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In over my head: re-jet & re-valve ('00S)

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I was bummed on Saturday when my Dynojet didn't arrive. But when USPS rang my doorbell on SUNDAY morning, I was stoked (big thanks to Jesse at Keintech).

That happy feeling turned to disgust yesterday, first when I had to drill out one of the screws holding the diaphram cover, second when I noticed that the o-ring that's somewhere inside the needle thingy melted away (note to self: carb cleaner & rubber doesn't mix), and finally when I got it all apart, I lost one of the spacer washers that goes on the needle (the "lowest" one on the needle).

So here I am, trying to put the bike together for my first decent attempt at a hairscramble on Saturday, and it's still in pieces.

At this point I need a new washer, rubber o-ring, and a replacement screw for the top cover. I haven't even gotten around to changing the rest of the jets, at this point I'm afraid to mess with it.

I was running the Baja Designs jet-kit, and I couldn't find my original jets. I asked Jesse to throw some in; he sent a 142.5 & 27.5 (more thanks to Jesse). But isn't the 22.5 stock? I'm feeling lost...

I don't even want to talk about the shock. I got the new spring on, and I'm leaving it at that for now. I should've paid somebody the extra $35 to have them do the re-valve for me.

Sorry for the long post, just doing a little venting. Guess I gotta go to the dealer and see if I can get some replacement carb parts.

If you wanna throw any helpful hints or just positive motivation, I'll take it :)

Thanks,

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Dude, I can't help you, but you helped me. I have the dj kit on order and have been going back and forth about whether to tackle it myself for the first time or take it to the dealer for an extra $60. $60 sounds cheap now. Good Luck.

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That sucks man.There is nothing worse than breaking/loosing parts right before a race,but if your luck is anything like mine,it probably wont be the last :D.Look on the bright side,at least your not in a mud hole,in a snow storm,in a T shirt,20 miles from the truck,up hill,both ways :),sorry man,just trying to cheer ya up :D.We've all been there,good luck!

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here. I'll cheer you up.

You're actually not nearly as much of an idiot as I am (although I was smart enough to have a friend who knows what he's doing re-jet my bike).

Yesterday, while intending to open the air bleeder caps to let the air out of my forks, I wasn't paying attention and started turning the damping clicker instead. Didn't realize till I'd snapped the head right off the fragile clicker screw, leaving the body of the screw in the fork cap, my suspnsion on the hardest damping setting, and leaving me...screwed!!! now what the f&ck am I gonna do?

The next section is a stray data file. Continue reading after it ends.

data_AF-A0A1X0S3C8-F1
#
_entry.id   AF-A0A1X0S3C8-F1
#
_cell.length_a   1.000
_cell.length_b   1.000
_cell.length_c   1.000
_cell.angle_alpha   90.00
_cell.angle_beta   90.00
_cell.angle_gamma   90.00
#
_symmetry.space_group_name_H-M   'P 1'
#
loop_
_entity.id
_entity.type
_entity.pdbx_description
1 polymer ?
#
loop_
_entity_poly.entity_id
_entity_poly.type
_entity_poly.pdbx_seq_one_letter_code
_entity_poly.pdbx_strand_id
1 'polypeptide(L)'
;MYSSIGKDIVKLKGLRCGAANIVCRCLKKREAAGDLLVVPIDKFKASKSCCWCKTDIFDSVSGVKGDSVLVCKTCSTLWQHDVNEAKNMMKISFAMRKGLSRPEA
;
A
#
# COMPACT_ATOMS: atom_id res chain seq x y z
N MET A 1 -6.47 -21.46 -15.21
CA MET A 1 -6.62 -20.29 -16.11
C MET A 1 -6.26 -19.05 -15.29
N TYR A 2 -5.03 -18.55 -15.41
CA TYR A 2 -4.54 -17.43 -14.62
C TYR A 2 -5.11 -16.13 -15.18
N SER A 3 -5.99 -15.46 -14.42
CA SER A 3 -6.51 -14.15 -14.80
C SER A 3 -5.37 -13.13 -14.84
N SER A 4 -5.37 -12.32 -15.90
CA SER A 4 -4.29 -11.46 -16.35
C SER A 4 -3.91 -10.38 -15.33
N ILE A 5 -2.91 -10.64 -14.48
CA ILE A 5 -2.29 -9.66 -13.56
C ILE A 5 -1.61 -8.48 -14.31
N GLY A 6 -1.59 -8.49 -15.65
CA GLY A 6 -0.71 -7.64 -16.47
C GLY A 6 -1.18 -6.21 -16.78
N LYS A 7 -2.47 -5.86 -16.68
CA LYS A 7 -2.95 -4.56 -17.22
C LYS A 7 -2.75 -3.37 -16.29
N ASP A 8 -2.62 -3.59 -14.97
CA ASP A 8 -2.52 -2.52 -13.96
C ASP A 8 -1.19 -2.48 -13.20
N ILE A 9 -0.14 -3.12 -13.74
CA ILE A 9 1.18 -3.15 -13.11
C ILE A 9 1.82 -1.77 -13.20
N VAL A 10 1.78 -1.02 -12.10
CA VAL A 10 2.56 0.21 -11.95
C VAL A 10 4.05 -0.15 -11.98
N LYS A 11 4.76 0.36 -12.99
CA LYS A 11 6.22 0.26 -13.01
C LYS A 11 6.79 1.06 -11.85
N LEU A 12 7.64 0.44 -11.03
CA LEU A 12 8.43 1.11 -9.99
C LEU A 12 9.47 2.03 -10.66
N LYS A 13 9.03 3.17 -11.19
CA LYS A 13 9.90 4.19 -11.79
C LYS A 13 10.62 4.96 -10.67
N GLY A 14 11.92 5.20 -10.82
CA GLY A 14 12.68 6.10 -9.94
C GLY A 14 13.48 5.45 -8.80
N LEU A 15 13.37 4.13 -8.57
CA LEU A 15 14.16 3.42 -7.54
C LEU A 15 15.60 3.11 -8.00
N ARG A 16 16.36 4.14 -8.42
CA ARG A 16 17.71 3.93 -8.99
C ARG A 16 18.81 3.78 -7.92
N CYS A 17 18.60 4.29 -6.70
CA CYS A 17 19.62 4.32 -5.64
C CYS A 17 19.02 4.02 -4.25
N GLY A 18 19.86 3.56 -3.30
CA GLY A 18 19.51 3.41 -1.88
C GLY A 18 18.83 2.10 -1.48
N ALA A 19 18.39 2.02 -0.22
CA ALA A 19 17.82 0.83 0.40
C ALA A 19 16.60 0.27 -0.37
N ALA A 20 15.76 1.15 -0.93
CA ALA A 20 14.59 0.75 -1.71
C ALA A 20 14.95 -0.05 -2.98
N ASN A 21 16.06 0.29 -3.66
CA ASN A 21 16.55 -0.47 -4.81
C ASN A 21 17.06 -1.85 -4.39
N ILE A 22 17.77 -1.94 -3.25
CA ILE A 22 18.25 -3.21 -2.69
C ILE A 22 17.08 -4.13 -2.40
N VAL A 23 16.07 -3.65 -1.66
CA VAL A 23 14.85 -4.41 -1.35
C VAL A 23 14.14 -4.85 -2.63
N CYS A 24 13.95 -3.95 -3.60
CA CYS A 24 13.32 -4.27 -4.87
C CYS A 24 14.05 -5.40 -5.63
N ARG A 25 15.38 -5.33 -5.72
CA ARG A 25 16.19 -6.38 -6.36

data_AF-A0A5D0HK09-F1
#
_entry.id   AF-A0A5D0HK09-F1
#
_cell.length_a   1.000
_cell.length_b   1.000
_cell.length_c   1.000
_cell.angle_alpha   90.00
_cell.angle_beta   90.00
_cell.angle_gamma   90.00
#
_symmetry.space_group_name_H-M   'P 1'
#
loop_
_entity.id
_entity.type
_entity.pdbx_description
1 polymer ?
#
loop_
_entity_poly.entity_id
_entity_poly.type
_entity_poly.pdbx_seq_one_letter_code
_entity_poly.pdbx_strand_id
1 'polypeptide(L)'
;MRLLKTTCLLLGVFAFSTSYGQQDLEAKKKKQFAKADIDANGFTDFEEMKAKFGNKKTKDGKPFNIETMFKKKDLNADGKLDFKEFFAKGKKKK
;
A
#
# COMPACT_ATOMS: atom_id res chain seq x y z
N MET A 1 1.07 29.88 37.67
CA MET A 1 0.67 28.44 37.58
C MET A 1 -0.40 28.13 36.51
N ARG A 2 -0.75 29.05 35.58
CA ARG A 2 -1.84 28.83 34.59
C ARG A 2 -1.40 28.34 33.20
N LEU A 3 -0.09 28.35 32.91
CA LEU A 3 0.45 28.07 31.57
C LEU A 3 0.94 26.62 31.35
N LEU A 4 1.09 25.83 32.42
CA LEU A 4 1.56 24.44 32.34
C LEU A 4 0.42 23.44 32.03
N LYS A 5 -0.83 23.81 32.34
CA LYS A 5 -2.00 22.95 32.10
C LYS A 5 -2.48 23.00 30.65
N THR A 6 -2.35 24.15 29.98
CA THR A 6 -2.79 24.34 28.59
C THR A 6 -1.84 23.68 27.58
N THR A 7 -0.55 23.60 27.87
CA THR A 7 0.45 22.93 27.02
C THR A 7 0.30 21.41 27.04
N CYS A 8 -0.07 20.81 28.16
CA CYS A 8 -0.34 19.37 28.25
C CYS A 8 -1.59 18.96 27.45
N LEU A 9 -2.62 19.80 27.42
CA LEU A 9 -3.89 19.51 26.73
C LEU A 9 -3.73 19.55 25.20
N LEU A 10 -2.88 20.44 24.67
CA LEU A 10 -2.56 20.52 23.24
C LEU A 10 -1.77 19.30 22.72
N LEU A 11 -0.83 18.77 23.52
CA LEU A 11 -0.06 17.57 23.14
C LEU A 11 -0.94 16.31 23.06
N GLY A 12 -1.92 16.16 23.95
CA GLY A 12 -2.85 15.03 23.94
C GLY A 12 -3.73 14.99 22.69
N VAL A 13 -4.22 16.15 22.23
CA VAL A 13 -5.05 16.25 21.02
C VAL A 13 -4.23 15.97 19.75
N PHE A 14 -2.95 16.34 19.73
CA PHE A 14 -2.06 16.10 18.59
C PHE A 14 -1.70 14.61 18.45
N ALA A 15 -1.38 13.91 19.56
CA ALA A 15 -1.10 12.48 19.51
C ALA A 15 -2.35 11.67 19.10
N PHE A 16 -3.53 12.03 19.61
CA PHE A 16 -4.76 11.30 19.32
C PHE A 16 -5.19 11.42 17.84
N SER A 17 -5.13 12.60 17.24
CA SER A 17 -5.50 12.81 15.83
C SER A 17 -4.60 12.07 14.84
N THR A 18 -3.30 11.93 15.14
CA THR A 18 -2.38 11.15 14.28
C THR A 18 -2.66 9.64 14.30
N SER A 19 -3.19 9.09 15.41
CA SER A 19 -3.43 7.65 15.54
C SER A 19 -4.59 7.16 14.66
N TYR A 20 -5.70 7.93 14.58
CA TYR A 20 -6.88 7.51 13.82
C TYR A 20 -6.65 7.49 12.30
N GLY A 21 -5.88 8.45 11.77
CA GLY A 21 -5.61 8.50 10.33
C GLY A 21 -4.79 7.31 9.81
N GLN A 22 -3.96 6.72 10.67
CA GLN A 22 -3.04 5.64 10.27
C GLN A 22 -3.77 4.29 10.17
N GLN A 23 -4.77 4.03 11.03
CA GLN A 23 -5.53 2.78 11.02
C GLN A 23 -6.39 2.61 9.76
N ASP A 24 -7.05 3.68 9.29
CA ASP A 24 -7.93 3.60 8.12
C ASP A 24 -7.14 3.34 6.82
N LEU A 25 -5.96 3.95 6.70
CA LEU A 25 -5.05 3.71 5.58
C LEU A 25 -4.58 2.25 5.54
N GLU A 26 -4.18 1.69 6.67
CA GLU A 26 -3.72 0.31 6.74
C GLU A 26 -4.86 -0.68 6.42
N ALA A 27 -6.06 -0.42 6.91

Feel better?

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NYC DRZ you should be able to loosen the top triple clamp, remove the fork cap and get to that screw to replace.

For those of you doing jetting, it really is fairly simple as long as you do a few things: 1) have a clean work area where if you do drop a part, you'll be able to find it. 2) Pay attention to detail. I write descriptions of where parts go, or take pics with my digi camera while taking something apart so that I have a record of how it was before I started. The absolute hardest part of changing the jetting is getting the carb out of the bike! After that, it's pretty easy. While you have the carb out, replace those chintzy screws holding the bowl on with allen-head bolts. This will make it way easier the next time you need to get into the carb. I get so much satisfaction out of working on my bike. The only time I would take to a mechanic would be for warranty work. Otherwise, I'd rather learn it myself.

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Michael,

I like to call those nasty little events (like snapping a screw, stripping a bolt, or losing a spring) a Spoiler. Sometimes, my Wife will come out to the garage, and ask "any Spoilers?" (sometimes, I dan't answer...grrrr!..)

If you don't have one, buy the service manual & parts fiche. The service manual is good for how-to's, and I refer to the fiche for the exploded diagrams. The fiche will show you the order that all the parts fit together.